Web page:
I’m a woman. It doesn’t define who I am, but it shapes my experiences. This is the story of my suffering. This is the story of my journey to overcome my incurable illness. This is a story of hope.
In my blog, I talk about my experiences, how my incurable disease affected how I interact with the world and how the world interacts with me.
You are not alone. I want our plight to be heard. There is still a lot of prejudice and ignorance associated with the disease that makes its victims feel abandoned, misunderstood, confused and on occasions mistreated.
Follow my blog and share the posts to spread awareness. Your comments are critical so please be vocal. You can also share your experiences with me via the following channels:
I have stage IV complex endometriosis.
It took 11 years for my diagnosis. I’d been misdiagnosed with polycystic ovary syndrome; low progesterone level; and being a woman (treatment suggested: “just deal with it”).
In June 2014, I was finally and firmly diagnosed following an MRI.
I was referred by a musculoskeletal specialist, following a mystery pelvic and lower back complaint which I thought to be a sports injury. By this time, I’d been in chronic pain for seven months and the quality of my life was seriously affected.
My symptoms include painful and heavy periods, clotting, abdominal pain, back pain, other body pain, chronic fatigue, low moods, irritable bladder, irritable bowel, bleeding after sex, painful sex, bleeding throughout the month, and infertility. I have experienced chronic pain, including over a number of years at levels 3-5, with acute pain of up to 9 on the pain scale of 1-10.
I underwent five laparoscopic surgeries between 2014 and 2020. These included treatment of endometriosis and adhesions in the abdominal cavity, on the outside wall of the uterus, on the bowel, and on the appendix, resulting in an appendectomy, as well as multiple endometriomas on my ovaries.
I thought that my experiences were shared by other women. I thought all other women were braver than me for enduring their monthly pain in silence and getting on with their lives so easily. Now I know that that I’m not like other women. Now I know that I’m not well. I have endometriosis. Welcome to my world.
Hi! I love your blog. You are doing a fantastic job and are a true inspiration. Great work! 😀 I have nominated you for the Premio Dardos Award. If you are interested in accepting the award, all of the details can be found here: https://painwarriors.wordpress.com/2015/04/07/premio-dardos-award/. I look forward to reading your future blog posts. Have a great day!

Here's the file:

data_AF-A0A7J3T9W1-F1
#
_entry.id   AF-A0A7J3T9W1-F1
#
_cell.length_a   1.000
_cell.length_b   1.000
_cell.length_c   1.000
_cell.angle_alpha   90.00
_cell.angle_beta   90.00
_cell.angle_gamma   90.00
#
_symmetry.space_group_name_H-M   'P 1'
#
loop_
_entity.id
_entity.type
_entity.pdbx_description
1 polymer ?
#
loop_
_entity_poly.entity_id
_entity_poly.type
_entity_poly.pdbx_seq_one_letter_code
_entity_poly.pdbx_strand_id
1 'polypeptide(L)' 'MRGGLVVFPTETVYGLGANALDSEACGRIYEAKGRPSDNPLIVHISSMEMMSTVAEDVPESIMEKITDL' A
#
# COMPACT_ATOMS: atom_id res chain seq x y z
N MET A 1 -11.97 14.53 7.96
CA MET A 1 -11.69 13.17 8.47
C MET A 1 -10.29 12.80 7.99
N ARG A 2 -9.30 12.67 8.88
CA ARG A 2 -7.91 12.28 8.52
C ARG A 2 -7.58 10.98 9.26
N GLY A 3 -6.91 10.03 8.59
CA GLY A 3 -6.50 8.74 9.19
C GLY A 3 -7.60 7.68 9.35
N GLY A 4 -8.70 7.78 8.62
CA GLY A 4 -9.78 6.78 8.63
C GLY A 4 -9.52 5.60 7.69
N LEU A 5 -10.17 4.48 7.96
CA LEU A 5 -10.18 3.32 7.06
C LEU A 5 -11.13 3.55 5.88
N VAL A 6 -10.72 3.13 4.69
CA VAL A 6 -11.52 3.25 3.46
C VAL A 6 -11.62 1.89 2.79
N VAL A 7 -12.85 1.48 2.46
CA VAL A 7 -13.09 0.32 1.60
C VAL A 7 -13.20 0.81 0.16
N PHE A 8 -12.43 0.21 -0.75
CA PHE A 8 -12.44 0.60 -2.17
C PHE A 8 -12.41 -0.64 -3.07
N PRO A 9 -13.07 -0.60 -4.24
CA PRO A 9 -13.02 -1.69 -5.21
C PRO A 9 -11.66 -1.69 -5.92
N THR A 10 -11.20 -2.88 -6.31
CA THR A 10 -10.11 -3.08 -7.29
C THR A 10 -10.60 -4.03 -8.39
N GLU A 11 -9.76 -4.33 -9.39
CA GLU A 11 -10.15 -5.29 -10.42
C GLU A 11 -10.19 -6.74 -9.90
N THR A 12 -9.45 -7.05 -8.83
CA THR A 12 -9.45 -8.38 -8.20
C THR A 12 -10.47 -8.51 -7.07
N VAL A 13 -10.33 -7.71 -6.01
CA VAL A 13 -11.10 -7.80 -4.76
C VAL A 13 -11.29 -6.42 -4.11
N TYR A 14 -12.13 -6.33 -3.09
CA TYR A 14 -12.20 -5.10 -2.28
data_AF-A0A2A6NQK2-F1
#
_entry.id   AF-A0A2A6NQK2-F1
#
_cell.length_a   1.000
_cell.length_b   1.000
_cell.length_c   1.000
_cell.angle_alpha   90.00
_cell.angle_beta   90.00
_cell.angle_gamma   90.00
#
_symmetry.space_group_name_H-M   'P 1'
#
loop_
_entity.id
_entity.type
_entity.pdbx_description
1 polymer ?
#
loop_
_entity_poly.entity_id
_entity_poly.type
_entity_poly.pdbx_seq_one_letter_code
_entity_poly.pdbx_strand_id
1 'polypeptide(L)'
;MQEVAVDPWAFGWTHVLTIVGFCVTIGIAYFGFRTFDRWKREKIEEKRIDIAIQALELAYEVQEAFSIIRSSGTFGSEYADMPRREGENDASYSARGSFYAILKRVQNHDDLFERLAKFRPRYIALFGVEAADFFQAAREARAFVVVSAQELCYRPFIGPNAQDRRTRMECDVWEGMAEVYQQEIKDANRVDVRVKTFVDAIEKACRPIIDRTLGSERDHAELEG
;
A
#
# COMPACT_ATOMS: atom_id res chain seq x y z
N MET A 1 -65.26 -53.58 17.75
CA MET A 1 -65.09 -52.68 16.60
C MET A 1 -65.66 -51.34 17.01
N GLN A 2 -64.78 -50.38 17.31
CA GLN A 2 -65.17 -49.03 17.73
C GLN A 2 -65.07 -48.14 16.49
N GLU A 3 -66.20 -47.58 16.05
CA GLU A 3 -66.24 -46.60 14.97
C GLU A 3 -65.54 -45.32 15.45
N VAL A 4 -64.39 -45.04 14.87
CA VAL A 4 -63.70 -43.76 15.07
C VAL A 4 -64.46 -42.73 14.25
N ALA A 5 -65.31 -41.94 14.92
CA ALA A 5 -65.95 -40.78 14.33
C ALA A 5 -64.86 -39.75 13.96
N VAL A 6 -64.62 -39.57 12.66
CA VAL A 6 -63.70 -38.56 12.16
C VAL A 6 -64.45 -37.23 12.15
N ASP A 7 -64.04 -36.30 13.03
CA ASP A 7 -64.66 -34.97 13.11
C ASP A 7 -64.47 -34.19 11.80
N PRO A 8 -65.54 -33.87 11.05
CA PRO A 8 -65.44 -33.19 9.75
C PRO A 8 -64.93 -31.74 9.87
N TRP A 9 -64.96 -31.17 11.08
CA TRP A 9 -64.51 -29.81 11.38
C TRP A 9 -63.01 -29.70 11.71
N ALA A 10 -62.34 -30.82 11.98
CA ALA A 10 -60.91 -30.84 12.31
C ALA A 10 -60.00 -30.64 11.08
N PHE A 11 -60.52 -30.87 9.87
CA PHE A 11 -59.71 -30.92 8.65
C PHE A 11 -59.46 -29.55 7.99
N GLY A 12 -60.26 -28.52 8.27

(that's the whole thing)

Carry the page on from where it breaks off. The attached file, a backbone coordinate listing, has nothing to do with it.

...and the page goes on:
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I agree . You have concisely explained so clearly what you go through. I can only say that I feel you are describing me and how I feel.Especially about fatigue.Thank you.
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Thanks for bothering to leave a comment. I hope you’re ok and pain free. It helped me to know others have similar experiences. It makes me feel slightly exonerated. Weird, ha?
Hi, I also have endo and have very recently started writing my own blog- it’s very cathartic isn’t it? I’ve been amazed by all of the positive comments and feedback I’ve received- the power of the internet eh?! I will continue to follow your blog and follow on Twitter. I hope you don’t mind that I quoted you on my blogs today and included the link for people to follow. Like you, I also want to raise awareness of this condition. Please let me know what you think of my blog and feel free to follow me! 🙂 @angel_pie84
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I’m putting together a zine compiled of art work, stories, poems, etc from others like myself who are dealing with endo. Heres the event page and more details if anyone is interested in participating! https://www.facebook.com/events/1777206322568843/
As a stage IV endometriosis survivor and having a full hysterectomy, with the exception of a partial ovary spared so I would not go in to full menopausal at the age of 39, I am still in excessive pain and blood tests show that at 41, I am in full menopause. Many people suffering endometriosis do not realize that they can have adenmyosis which is where the inner lining of the uterus (the endometrium) breaks through the muscle wall of the uterus and causes extreme pain and bleeding. It was only after two IVF failures on two absolutely perfect embryos that I needed the surgery anyway for 3 endometriomas on my left ovary and 2 on my right ovary. At that time, I had suspicions of adenomysis so told them to take my uterus. There is no other way to biopsy the uterus unless it is removed from the body because it is such a blood filled organ, they would be unable to control the bleeding with just a biopsy. I suffered in pain from the age of 10 to 39. The Lupron injections made me suicidal-I highly recommend you speak in depth with your doctor before using them. I will soon be undergoing yet another surgical procedure to completely remove my right ovary and see where else the endometriosis has grown since two years ago. Please, I ask this for all of you out there that think “I’m going to this doctor and they’ll take care of it!” I beg you, please do you research on doctors and before they put you on any treatment plan, please research it and check it out. I’ve learned the hard way that some doctors are NOT doing what’s best for you!!! Thank you for allowing me to share my story on your blog. If anyone has personal questions for me, I am a Cerified Surgical Tech, currently going to school for nursing: firstname.lastname@example.org